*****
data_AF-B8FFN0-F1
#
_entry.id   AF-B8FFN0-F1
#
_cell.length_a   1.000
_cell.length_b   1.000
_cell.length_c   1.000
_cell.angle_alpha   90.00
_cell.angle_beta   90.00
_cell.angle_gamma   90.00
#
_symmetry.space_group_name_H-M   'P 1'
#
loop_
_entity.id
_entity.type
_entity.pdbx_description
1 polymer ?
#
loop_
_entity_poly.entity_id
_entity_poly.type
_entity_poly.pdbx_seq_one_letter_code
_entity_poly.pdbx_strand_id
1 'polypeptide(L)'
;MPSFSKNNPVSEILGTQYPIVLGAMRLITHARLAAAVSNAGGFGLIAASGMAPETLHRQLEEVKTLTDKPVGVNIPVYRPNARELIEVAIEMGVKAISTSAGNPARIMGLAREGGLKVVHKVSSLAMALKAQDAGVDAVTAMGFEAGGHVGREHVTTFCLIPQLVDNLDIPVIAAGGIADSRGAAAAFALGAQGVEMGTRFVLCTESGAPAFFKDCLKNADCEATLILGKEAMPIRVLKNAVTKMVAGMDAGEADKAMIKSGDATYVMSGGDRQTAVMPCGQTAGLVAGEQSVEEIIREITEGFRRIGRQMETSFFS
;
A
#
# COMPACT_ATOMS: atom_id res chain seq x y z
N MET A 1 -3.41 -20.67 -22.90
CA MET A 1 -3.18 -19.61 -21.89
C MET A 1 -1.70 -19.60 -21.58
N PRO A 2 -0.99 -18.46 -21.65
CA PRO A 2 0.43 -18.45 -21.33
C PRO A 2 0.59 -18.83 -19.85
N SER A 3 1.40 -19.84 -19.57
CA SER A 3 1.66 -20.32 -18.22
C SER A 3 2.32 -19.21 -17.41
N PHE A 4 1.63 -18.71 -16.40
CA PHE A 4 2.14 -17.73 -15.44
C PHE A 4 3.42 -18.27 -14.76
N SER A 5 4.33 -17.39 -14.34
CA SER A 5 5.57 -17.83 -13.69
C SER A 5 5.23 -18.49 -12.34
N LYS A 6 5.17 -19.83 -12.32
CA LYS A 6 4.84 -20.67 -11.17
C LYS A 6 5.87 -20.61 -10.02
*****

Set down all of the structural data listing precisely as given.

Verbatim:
data_AF-B8FFN0-F1
#
_entry.id   AF-B8FFN0-F1
#
_cell.length_a   1.000
_cell.length_b   1.000
_cell.length_c   1.000
_cell.angle_alpha   90.00
_cell.angle_beta   90.00
_cell.angle_gamma   90.00
#
_symmetry.space_group_name_H-M   'P 1'
#
loop_
_entity.id
_entity.type
_entity.pdbx_description
1 polymer ?
#
loop_
_entity_poly.entity_id
_entity_poly.type
_entity_poly.pdbx_seq_one_letter_code
_entity_poly.pdbx_strand_id
1 'polypeptide(L)'
;MPSFSKNNPVSEILGTQYPIVLGAMRLITHARLAAAVSNAGGFGLIAASGMAPETLHRQLEEVKTLTDKPVGVNIPVYRPNARELIEVAIEMGVKAISTSAGNPARIMGLAREGGLKVVHKVSSLAMALKAQDAGVDAVTAMGFEAGGHVGREHVTTFCLIPQLVDNLDIPVIAAGGIADSRGAAAAFALGAQGVEMGTRFVLCTESGAPAFFKDCLKNADCEATLILGKEAMPIRVLKNAVTKMVAGMDAGEADKAMIKSGDATYVMSGGDRQTAVMPCGQTAGLVAGEQSVEEIIREITEGFRRIGRQMETSFFS
;
A
#
# COMPACT_ATOMS: atom_id res chain seq x y z
N MET A 1 -3.41 -20.67 -22.90
CA MET A 1 -3.18 -19.61 -21.89
C MET A 1 -1.70 -19.60 -21.58
N PRO A 2 -0.99 -18.46 -21.65
CA PRO A 2 0.43 -18.45 -21.33
C PRO A 2 0.59 -18.83 -19.85
N SER A 3 1.40 -19.84 -19.57
CA SER A 3 1.66 -20.32 -18.22
C SER A 3 2.32 -19.21 -17.41
N PHE A 4 1.63 -18.71 -16.40
CA PHE A 4 2.14 -17.73 -15.44
C PHE A 4 3.42 -18.27 -14.76
N SER A 5 4.33 -17.39 -14.34
CA SER A 5 5.57 -17.83 -13.69
C SER A 5 5.23 -18.49 -12.34
N LYS A 6 5.17 -19.83 -12.32
CA LYS A 6 4.84 -20.67 -11.17
C LYS A 6 5.87 -20.61 -10.02